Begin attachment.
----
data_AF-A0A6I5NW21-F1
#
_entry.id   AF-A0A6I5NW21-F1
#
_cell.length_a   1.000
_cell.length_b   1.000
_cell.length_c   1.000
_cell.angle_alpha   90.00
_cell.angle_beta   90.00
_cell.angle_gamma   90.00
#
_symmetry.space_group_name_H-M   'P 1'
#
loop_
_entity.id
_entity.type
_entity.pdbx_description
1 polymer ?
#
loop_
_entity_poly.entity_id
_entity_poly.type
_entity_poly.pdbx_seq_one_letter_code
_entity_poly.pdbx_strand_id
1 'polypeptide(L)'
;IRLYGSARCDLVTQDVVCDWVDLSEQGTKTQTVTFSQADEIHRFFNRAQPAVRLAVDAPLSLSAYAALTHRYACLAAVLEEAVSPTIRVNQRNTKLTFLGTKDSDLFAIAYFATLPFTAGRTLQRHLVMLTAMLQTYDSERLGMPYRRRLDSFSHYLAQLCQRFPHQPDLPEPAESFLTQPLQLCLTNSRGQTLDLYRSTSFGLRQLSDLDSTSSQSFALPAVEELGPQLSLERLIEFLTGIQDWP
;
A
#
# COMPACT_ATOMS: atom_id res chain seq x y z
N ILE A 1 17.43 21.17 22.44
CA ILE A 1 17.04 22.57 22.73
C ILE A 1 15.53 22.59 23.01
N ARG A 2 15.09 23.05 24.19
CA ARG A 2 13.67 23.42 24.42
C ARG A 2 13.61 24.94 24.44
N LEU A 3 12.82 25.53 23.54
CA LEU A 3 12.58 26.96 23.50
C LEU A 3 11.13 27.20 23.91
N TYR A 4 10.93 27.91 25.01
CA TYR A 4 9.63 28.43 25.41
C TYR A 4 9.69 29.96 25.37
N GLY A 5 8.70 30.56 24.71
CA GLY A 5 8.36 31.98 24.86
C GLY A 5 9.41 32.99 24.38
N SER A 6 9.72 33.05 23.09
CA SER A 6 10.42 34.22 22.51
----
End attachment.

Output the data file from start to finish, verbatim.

data_AF-A0A6I5NW21-F1
#
_entry.id   AF-A0A6I5NW21-F1
#
_cell.length_a   1.000
_cell.length_b   1.000
_cell.length_c   1.000
_cell.angle_alpha   90.00
_cell.angle_beta   90.00
_cell.angle_gamma   90.00
#
_symmetry.space_group_name_H-M   'P 1'
#
loop_
_entity.id
_entity.type
_entity.pdbx_description
1 polymer ?
#
loop_
_entity_poly.entity_id
_entity_poly.type
_entity_poly.pdbx_seq_one_letter_code
_entity_poly.pdbx_strand_id
1 'polypeptide(L)'
;IRLYGSARCDLVTQDVVCDWVDLSEQGTKTQTVTFSQADEIHRFFNRAQPAVRLAVDAPLSLSAYAALTHRYACLAAVLEEAVSPTIRVNQRNTKLTFLGTKDSDLFAIAYFATLPFTAGRTLQRHLVMLTAMLQTYDSERLGMPYRRRLDSFSHYLAQLCQRFPHQPDLPEPAESFLTQPLQLCLTNSRGQTLDLYRSTSFGLRQLSDLDSTSSQSFALPAVEELGPQLSLERLIEFLTGIQDWP
;
A
#
# COMPACT_ATOMS: atom_id res chain seq x y z
N ILE A 1 17.43 21.17 22.44
CA ILE A 1 17.04 22.57 22.73
C ILE A 1 15.53 22.59 23.01
N ARG A 2 15.09 23.05 24.19
CA ARG A 2 13.67 23.42 24.42
C ARG A 2 13.61 24.94 24.44
N LEU A 3 12.82 25.53 23.54
CA LEU A 3 12.58 26.96 23.50
C LEU A 3 11.13 27.20 23.91
N TYR A 4 10.93 27.91 25.01
CA TYR A 4 9.63 28.43 25.41
C TYR A 4 9.69 29.96 25.37
N GLY A 5 8.70 30.56 24.71
CA GLY A 5 8.36 31.98 24.86
C GLY A 5 9.41 32.99 24.38
N SER A 6 9.72 33.05 23.09
CA SER A 6 10.42 34.22 22.51